Product-bookmarking sites can give us the pleasure of shopping without the environmental impact of consuming.
At first glance, it would seem that the new generation of product-bookmarking sites such as Pinterest and Svpply are nothing more than new tools to feed the consumer machine, driving us to buy more stuff. But, counterintuitively, my experience with these services is that they actually help me cut my consumption and to direct my money at goods that more closely align with my values.
Here's what I think is going on. Last month, Megan Garber, now of The Atlantic but then writing for Nieman Lab, posted some interesting thoughts about how the use of bookmarking tools like Instapaper and Read It Later can arguably be considered a form of anti-engagement, since they help users put off reading the material they are bookmarking. As she explained, "a click on a Read Later button... provides just enough of a rush of endorphins to give me a little jolt of accomplishment, sans the need for the accomplishment itself."
And that's the key thread to connect a few dots on how these new consumerist-inspired digital bookmarking tools -- Pinterest and Svpply -- are actually encouraging anti-consumerist behavior.
While Instapaper and Read it Later allow us journalism nerds easy ways to keep track of all the great writing we'd like to (hopefully) later consume, services such as Pinterest and Svpply are becoming popular for how they allow users to keep track of other things, such as products on Svpply or with the case of Pinterest, recipes, photos or fun DIY or craft ideas. Having used both of these services for a while, I think digital bookmarking is becoming the latest method in how we consume products in the 21st century.
How Bookmarking Became A Consumerist Activity
Digital bookmarking is, of course, nothing new for many internet users. Amazon offers users the option to create digital wish lists. Sites like Delicious have provided social interaction around the act of collecting and storing links. While not exactly bookmarking, Reddit, Digg, and Stumble Upon allow social interaction around sharing links to news and interesting content, but not in a way that has felt consumerist. The new tools are filling that gap. In the expanding landscape of social media, activities that were previously just supplemental features to existing services are being made into businesses all their own.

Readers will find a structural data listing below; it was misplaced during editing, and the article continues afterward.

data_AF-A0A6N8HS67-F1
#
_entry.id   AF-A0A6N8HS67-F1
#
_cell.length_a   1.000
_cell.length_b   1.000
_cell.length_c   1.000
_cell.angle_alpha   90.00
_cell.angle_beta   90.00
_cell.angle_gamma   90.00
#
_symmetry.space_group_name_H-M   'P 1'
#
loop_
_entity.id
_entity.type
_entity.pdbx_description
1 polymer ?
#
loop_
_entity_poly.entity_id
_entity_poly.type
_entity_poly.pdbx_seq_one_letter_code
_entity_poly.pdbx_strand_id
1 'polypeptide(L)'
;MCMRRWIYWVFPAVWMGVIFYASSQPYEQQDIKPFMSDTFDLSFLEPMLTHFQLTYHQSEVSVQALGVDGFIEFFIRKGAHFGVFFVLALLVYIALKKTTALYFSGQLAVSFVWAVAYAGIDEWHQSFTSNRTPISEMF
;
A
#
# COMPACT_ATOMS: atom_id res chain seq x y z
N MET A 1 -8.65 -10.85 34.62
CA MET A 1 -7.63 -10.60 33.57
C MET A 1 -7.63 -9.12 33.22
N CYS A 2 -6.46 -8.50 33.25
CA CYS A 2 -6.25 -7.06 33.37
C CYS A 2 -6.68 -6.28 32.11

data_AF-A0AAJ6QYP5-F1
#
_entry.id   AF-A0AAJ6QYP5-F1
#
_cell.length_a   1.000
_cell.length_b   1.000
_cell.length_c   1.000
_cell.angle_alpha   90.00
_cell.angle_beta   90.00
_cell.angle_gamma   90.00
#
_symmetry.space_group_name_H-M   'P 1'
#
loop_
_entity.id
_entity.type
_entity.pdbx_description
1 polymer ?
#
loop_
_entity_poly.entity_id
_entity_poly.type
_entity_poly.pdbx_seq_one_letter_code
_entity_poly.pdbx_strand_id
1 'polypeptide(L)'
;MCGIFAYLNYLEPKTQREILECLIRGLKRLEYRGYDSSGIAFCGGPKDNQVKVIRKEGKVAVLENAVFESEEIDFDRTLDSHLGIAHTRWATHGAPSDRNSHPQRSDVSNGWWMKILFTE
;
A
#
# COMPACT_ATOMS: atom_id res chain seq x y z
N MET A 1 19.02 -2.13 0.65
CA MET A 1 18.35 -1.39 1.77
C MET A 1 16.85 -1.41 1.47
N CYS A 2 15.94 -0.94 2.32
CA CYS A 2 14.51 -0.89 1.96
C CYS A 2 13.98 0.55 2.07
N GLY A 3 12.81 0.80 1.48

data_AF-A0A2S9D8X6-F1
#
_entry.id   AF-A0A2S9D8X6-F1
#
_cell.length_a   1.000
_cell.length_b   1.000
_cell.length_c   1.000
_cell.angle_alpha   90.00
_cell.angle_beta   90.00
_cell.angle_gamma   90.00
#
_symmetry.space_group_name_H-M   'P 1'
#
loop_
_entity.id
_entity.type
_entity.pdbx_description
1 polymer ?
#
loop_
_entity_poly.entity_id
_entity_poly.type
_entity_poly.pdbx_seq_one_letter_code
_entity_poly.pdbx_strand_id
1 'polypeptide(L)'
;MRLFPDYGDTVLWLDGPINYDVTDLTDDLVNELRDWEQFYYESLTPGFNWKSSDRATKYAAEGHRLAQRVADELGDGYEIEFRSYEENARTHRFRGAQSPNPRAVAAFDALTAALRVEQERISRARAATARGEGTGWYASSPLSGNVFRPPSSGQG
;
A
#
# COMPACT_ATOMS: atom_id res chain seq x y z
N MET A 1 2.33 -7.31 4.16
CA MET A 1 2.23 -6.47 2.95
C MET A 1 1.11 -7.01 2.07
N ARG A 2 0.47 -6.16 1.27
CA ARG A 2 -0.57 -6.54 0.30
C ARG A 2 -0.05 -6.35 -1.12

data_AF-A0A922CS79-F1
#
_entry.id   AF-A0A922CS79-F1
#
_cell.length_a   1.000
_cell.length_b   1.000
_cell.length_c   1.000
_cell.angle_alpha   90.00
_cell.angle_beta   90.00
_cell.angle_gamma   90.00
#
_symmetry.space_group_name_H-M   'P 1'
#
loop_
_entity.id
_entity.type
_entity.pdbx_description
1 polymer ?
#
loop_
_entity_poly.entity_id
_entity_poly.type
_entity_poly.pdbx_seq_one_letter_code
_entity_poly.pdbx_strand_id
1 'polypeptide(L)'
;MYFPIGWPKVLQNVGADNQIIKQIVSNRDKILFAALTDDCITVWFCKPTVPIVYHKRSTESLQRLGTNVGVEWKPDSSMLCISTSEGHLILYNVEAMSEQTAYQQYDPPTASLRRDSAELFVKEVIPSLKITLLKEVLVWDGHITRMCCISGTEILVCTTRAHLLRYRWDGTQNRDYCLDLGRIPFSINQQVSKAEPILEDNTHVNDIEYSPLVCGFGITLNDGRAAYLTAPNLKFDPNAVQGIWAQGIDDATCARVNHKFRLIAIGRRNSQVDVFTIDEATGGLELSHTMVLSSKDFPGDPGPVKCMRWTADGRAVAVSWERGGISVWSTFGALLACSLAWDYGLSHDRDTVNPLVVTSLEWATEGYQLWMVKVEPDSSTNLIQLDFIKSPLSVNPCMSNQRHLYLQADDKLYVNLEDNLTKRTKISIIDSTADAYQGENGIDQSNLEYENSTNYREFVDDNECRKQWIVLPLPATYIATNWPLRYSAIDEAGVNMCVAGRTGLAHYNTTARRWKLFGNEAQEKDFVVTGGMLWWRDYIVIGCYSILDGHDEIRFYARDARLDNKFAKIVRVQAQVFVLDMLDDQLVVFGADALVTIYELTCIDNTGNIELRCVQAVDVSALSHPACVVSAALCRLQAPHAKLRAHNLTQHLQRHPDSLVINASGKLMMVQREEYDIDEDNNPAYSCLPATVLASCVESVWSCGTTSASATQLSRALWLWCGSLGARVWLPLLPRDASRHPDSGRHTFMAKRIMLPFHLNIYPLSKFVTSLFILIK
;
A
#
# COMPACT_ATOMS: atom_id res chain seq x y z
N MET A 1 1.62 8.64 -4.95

In addition to bookmarking and wish lists, for the past several years digital consumerism has taken the form of seemingly bizarre rituals like unboxing and haul videos. Millions of people have watched these videos on YouTube showing other humans unpackaging and discussing the products they have recently acquired. This is, of course, just a single example of the countless ways we live vicariously through others thanks to the Internet, but it's worth keeping in mind as we consider how services like Pinterest and Svpply are changing our behavior in new ways.
Shopping as Foraging
A good way to think about why consumerism has become so widespread is to realize that the act of shopping is really just a modern version of the hunting and gathering behaviors we inherited from our evolutionary ancestors.
In an interesting research paper titled "Evolved Foraging Psychology Underlies Sex Differences in Shopping Experiences and Behaviors" (PDF) published in the Journal of Social, Evolutionary, and Cultural Psychology, Daniel Kruger and Dreyson Byker explain how modern consumer behavior is similar to hunting and gathering (emphasis mine):
In current foraging and horticultural cultures, a large portion of daily activity revolves around finding and preparing food (e.g., Hill & Hurtado, 1996). In modern societies, much less time is spent on food acquisition and preparation. Modern humans still devote considerable time and effort to foraging, although the foraging context is now in the settings of shopping malls, grocery stores, and Internet sites (Hantula, 2003).
Now that our economy has declined, we have less money available for unnecessary purchases and more people are realizing they need to consume less for economic and environmental reasons, I think it makes sense that we are seeing a rise in social-media services that allow us to enjoy hunting and gathering behavior without financial costs.
How Pinterest and Svpply Work
To understand how Pinterest and Svpply are a type of hunting and gathering behavior, it's helpful to know how each site works. At its core, Svpply allows its users to share and discover products. There are some other features, like creating gift guides or wish lists, but it all centers around the products and helping people discover well-designed goods.
Pinterest, on the other hand, is much more broad in focus, allowing users to share and find stuff of all kinds. It is based on the idea of "pinning" items to virtual cork boards as a way to organize all the neat things you may see online each day. While I use Svpply more as a virtual shopping tool, on Pinterest I've been using the boards to keep track of DIY projects I find interesting, recipes I'd like to try someday (I Could Eat That) and beautiful pictures of homes, cabins or campsites I find inspiring (I Could Sleep There).
Like other social-media services, both Pinterest and Svpply encourage users to follow and be followed by other users, so everyone's experience will vary based on who they follow.
Can Digital Materialism Prevent Real-World Consumerism?
One of the reasons I like Svpply so much is I have found it to be helpful in buying fewer, but better, things. One way I use Svpply is to find high-quality merchandise from small businesses that manufacture goods in the US. When I actually buy something I find there, the digital shopping that takes place on Svpply is still helping to contribute to real-world consumerism, but perhaps a less-bad variety, if people are using it to find quality goods that will last and supporting small and US-based businesses.